(CNN) - Barack Obama and John McCain Friday won the backing of the Los Angeles Times, one of the most-read newspapers in the United States and most influential in delegate-rich California.
In separate editorials, the paper praised Obama as an "inspiring leader who cuts through typical internecine campaign bickering," and McCain as a consistent conservative with "fundamental individualism."
Both presidential endorsements are the paper’s first since 1972.
"[Obama] electrifies young voters, not because he is young but because he embodies the desire to move to the next chapter of the American story," the editorial read. "He brings with him deep knowledge on foreign relations and on this nation's particular struggles with identity and opportunity. His flair for expression, both in print and on the stump, too easily leads observers to forget that Obama is a man not just of style but of substance."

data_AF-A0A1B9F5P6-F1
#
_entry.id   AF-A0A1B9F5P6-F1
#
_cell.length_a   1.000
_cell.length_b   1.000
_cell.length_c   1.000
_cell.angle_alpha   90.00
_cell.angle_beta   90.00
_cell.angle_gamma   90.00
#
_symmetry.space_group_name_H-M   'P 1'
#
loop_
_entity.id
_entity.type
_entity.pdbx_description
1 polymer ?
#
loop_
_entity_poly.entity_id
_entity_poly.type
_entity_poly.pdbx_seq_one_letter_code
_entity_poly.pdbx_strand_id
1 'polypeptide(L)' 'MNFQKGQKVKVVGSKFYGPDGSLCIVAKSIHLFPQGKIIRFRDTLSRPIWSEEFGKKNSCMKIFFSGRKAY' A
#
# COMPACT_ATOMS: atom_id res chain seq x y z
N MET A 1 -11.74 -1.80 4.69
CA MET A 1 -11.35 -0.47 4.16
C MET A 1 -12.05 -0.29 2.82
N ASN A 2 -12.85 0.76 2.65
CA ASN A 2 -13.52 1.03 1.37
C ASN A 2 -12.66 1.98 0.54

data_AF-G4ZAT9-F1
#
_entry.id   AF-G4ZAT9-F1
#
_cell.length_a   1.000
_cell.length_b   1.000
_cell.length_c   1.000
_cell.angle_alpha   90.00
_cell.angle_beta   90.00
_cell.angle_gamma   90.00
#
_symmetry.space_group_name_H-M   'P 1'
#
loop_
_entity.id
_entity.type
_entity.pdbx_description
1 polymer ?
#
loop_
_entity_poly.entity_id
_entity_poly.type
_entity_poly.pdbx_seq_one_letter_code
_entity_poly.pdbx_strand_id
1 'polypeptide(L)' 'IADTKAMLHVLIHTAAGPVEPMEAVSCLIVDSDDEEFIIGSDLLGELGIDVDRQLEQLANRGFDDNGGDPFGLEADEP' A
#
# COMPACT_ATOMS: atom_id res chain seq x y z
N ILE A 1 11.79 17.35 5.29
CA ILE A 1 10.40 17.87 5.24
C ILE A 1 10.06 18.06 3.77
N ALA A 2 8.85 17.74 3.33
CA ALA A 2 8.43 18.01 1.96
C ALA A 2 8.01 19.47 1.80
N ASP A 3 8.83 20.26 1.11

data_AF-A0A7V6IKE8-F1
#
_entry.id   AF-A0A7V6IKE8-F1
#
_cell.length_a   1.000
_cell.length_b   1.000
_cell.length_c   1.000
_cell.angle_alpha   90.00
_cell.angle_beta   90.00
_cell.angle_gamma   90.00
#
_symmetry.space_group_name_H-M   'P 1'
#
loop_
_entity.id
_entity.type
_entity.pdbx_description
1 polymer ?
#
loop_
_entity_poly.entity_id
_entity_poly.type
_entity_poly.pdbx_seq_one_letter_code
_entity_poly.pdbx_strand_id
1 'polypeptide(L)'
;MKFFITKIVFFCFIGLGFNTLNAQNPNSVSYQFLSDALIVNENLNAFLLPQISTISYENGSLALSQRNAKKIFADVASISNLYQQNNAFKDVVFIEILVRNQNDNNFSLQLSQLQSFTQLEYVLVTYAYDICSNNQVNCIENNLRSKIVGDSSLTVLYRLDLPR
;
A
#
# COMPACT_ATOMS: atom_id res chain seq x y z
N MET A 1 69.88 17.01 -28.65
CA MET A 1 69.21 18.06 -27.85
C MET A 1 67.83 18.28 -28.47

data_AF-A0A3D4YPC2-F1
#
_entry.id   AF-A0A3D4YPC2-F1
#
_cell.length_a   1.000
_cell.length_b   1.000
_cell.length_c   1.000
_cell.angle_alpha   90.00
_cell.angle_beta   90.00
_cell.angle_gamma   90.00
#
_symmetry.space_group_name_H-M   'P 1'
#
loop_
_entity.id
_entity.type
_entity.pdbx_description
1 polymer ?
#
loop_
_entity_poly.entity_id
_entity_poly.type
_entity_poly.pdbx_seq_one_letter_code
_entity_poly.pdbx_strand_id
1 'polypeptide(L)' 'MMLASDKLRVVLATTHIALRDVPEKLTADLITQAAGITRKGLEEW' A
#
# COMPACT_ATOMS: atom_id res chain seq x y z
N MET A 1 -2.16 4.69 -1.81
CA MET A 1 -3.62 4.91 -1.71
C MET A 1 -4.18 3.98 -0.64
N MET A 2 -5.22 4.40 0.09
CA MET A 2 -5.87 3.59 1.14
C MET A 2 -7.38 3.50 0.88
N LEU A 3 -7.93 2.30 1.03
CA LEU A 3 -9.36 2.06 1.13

The paper also praised Hillary Clinton, but faulted the New York senator for her original Senate vote authorizing use of force in Iraq.
"Experience has value only if it is accompanied by courage and leads to judgment. Nowhere was that judgment more needed than in 2003, when Congress was called upon to accept or reject the disastrous Iraq invasion. Clinton faced a test and failed, joining the stampede as Congress voted to authorize war," the editorial read.
On John McCain, the liberal editorial board noted it disagrees with many of his stands on social issues, but wrote, "The Arizona senator's conservatism is, if not always to our liking, at least genuine.
"It reflects his fundamental individualism, spanning his distrust of big government, his support for immigration reform and his insistence on a sound American foreign policy," the editorial read.
California voters head to the polls Super Tuesday, February 5.
- CNN Producer Alexander Mooney